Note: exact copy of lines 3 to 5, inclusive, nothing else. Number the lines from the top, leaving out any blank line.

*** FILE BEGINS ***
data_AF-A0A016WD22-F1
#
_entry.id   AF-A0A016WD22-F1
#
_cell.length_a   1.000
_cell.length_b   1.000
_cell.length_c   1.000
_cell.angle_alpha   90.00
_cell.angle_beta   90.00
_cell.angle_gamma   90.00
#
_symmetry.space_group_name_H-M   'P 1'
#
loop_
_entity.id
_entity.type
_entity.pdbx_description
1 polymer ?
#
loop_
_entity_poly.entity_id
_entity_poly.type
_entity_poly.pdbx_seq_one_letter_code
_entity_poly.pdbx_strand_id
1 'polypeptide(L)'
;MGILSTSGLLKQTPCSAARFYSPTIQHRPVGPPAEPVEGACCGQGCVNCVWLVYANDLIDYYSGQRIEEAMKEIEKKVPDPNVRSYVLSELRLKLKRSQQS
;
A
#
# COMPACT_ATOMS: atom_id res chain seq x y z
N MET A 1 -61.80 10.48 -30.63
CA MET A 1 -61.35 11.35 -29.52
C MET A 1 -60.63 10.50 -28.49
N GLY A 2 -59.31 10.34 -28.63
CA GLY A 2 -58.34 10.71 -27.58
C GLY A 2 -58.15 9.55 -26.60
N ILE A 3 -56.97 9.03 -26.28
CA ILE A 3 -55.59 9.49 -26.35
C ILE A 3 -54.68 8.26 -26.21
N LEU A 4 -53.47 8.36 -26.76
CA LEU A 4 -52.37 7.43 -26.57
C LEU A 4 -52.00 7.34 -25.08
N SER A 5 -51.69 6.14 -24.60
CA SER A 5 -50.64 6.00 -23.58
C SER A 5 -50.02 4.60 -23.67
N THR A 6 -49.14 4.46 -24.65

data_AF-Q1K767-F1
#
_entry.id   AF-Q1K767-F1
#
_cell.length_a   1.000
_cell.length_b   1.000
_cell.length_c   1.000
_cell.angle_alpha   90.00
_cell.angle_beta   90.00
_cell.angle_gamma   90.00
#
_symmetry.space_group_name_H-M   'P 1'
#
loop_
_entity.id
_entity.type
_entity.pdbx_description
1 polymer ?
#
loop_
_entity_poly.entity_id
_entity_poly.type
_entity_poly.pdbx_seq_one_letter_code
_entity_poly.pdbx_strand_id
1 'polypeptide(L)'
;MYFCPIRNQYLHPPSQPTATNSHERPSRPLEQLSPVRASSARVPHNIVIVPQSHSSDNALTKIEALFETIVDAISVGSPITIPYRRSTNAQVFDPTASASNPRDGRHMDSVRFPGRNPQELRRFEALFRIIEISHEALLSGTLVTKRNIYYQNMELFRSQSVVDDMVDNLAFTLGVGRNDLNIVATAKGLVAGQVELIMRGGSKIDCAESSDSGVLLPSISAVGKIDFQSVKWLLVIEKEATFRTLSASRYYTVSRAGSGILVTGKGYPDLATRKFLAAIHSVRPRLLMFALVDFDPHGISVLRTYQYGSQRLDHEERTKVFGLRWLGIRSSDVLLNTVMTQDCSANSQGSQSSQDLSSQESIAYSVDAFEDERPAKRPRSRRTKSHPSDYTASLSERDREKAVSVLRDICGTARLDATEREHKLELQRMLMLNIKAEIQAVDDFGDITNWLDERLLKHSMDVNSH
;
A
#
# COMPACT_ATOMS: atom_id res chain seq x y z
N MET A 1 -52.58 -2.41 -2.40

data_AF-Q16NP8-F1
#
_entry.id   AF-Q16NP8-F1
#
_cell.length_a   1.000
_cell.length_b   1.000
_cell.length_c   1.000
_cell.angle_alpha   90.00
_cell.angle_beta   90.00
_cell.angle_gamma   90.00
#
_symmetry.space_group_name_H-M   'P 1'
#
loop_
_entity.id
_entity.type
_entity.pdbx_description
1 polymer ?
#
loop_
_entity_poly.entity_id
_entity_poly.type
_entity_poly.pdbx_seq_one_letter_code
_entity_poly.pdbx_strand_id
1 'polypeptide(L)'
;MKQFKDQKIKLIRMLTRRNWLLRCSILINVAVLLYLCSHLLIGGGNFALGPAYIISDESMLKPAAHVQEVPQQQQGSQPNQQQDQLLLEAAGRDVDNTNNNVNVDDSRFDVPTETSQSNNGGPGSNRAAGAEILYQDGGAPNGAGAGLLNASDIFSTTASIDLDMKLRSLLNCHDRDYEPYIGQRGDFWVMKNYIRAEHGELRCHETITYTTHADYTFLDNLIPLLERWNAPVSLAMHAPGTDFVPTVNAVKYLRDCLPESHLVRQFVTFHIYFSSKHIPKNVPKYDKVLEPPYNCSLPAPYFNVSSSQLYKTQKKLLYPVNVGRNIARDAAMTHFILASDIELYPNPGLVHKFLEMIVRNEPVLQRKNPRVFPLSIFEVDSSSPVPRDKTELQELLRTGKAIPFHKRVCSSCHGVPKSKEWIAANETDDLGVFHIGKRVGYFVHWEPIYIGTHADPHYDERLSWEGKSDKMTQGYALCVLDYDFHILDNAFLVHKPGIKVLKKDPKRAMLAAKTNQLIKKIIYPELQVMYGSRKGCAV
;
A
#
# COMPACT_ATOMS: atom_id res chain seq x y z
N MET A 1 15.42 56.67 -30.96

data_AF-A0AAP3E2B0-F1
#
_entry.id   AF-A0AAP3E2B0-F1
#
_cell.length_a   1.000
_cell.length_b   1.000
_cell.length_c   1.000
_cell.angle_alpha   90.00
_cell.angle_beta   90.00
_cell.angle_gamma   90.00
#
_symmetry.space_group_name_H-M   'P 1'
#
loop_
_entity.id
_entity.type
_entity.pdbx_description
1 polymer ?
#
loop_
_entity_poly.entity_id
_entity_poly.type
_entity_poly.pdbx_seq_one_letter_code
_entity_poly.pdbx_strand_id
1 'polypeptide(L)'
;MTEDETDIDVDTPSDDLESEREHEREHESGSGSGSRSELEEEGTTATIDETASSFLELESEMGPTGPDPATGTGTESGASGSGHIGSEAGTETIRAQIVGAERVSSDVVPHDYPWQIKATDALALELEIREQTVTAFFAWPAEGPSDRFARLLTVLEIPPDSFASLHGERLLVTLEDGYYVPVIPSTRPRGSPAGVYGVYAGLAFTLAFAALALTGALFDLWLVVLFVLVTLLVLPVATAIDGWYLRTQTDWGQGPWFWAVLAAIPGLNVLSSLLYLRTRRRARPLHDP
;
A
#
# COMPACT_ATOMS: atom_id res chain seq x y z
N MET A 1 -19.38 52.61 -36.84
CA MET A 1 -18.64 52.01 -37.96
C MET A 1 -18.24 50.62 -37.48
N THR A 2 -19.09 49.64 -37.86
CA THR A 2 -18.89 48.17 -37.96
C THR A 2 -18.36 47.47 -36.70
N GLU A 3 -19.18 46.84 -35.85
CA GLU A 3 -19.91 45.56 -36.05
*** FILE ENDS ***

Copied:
_entry.id   AF-A0A016WD22-F1
#
_cell.length_a   1.000